“We continue to support safe and responsible domestic energy production, and as this report shows, millions of acres that have already been leased to industry for oil and gas production sit idle,” Salazar said in a release.

“These are resources that belong to the American people, and they expect those supplies to be developed in a timely and responsible manner and with a fair return to taxpayers. As we continue to offer new areas onshore and offshore for leasing, as we have done over the last two years, we will also be exploring ways to provide incentives to companies to bring production online quickly and safely.”

In Colorado and neighboring Utah, states with between 1 million and 5 million federal lease acres, only 32 percent and 22 percent of those acres, respectively, are currently being used for oil and gas production.

In Wyoming and New Mexico, both states with more than 5 million federal lease acres, only 33 percent and 69 percent of those acres, respectively, are being used for oil and gas production.

In his weekly newsletter on Sunday, Republican Colorado Congressman Cory Gardner blamed the White House for rising energy costs.

“As is the case with jobs and the economy, Washington is a big part of the problem when it comes to the cost of energy,” Gardner said. “Over the last two years, the Obama administration has consistently blocked American energy production that would lower costs and create jobs.

“It has imposed a de facto moratorium on drilling in this country, and it tried to pass a national cap-and-trade tax on energy. The result of the administration's freeze on energy production at home is that gas is on its way to $4 a gallon and unemployment remains high.”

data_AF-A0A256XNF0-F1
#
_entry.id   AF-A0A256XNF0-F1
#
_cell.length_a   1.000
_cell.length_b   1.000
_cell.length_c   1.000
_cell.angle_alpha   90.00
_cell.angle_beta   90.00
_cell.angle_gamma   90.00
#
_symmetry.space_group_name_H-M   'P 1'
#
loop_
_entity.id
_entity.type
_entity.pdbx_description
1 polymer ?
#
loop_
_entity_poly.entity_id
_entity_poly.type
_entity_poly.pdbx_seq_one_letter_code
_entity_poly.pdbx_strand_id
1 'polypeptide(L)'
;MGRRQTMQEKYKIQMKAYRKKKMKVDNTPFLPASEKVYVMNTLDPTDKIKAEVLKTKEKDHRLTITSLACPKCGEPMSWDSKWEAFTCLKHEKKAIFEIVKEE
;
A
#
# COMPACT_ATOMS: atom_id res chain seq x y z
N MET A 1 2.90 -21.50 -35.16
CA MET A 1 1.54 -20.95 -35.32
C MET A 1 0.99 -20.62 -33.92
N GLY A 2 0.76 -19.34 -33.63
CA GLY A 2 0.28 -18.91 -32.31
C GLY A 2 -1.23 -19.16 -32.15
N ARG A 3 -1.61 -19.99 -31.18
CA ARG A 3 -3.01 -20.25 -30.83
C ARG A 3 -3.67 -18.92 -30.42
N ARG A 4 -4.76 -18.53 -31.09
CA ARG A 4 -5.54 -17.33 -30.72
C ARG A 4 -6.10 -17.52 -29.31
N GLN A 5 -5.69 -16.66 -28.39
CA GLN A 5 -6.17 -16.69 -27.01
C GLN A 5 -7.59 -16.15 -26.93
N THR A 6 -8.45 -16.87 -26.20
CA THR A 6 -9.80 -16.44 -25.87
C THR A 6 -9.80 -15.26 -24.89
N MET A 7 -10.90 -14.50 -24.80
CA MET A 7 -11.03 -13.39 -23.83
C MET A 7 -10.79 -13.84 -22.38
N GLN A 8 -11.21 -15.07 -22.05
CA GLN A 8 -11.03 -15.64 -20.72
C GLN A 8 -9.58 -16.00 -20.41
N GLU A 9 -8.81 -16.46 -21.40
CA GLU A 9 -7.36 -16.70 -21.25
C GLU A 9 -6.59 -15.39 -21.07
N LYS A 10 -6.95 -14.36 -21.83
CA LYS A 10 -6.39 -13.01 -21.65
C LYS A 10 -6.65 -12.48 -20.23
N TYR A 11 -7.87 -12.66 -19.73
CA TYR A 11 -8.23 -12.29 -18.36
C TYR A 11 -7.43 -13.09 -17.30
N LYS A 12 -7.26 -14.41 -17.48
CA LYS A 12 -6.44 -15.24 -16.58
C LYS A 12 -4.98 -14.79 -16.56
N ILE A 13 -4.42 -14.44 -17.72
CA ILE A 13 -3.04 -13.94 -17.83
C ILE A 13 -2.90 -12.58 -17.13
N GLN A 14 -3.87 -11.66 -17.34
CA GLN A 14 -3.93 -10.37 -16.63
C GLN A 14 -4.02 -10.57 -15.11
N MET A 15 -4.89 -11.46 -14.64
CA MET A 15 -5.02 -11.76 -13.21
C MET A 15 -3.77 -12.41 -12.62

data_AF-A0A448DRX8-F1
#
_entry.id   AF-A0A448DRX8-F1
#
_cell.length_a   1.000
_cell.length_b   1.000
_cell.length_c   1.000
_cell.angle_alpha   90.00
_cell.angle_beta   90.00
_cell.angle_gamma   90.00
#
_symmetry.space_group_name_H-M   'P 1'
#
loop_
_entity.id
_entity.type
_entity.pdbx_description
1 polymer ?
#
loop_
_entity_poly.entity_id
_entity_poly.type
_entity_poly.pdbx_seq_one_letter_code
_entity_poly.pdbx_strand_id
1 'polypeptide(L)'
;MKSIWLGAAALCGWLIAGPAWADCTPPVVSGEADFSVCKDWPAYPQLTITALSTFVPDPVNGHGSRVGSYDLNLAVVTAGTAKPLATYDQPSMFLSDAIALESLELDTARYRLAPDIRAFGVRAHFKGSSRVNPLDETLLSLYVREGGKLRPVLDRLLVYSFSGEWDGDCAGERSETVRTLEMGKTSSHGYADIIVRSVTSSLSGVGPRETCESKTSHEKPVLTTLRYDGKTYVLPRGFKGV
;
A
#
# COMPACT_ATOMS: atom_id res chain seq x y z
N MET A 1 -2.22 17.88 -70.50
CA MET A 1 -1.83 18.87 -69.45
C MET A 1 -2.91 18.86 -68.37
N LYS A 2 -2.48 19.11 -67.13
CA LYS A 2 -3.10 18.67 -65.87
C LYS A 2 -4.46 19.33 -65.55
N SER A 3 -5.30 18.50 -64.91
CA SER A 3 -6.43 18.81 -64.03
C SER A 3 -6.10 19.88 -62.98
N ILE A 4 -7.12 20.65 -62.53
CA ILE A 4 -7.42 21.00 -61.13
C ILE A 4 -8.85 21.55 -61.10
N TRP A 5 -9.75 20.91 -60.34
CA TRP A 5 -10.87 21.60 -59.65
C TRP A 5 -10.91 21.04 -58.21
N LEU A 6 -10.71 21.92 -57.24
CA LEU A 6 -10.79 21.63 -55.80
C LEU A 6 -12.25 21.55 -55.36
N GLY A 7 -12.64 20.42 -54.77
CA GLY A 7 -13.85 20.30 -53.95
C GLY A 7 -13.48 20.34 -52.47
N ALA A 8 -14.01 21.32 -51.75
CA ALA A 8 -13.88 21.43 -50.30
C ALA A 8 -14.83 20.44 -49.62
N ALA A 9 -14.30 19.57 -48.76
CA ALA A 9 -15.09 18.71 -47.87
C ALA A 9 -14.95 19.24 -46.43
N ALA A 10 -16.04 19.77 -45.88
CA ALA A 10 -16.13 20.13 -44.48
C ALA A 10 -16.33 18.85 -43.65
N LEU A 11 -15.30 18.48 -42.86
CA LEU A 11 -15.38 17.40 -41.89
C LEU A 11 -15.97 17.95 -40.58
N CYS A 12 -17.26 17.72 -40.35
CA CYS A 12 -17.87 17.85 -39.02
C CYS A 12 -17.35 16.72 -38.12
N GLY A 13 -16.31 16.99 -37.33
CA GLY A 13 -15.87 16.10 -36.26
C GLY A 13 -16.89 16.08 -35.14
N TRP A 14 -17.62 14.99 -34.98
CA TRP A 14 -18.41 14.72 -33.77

Many analysts blame rising gasoline prices on a recovering global economy creating more demand around the world and ongoing political upheaval in North Africa and the Middle East. Gardner goes on to tout the “American Energy Initiative – an ongoing effort to stop government policies that are driving up gas prices.”

Gardner and other House Republicans, including Tipton, have been trying to gut the regulatory authority of the U.S. Environmental Protection Agency as well as block Salazar's Wild Lands proposal for identifying and designating appropriate U.S. Bureau of Land Management lands for wilderness protection.

Overall, the Salazar report found that about 45 percent of all onshore leases and 57 percent of all leased acres are idle. Of the more than 38 million leased onshore acres, nearly 22 million acres are not being used. The Department of Interior is considering “policy options to provide companies with additional incentives for more rapid development of oil and gas resources.”

Denver-based Matt Garrington, deputy director of the Checks & Balances Project, said in a release that “it's time to clear up the muddy waters around the drilling debate, and today's report by the Obama administration does just that. The simple truth is approval rates for drilling permits are up, and industry lays idle hands on over 21 million acres of public lands.

“We should put an end to Big Oil's speculation on our public lands and continue to move forward with responsible energy development.”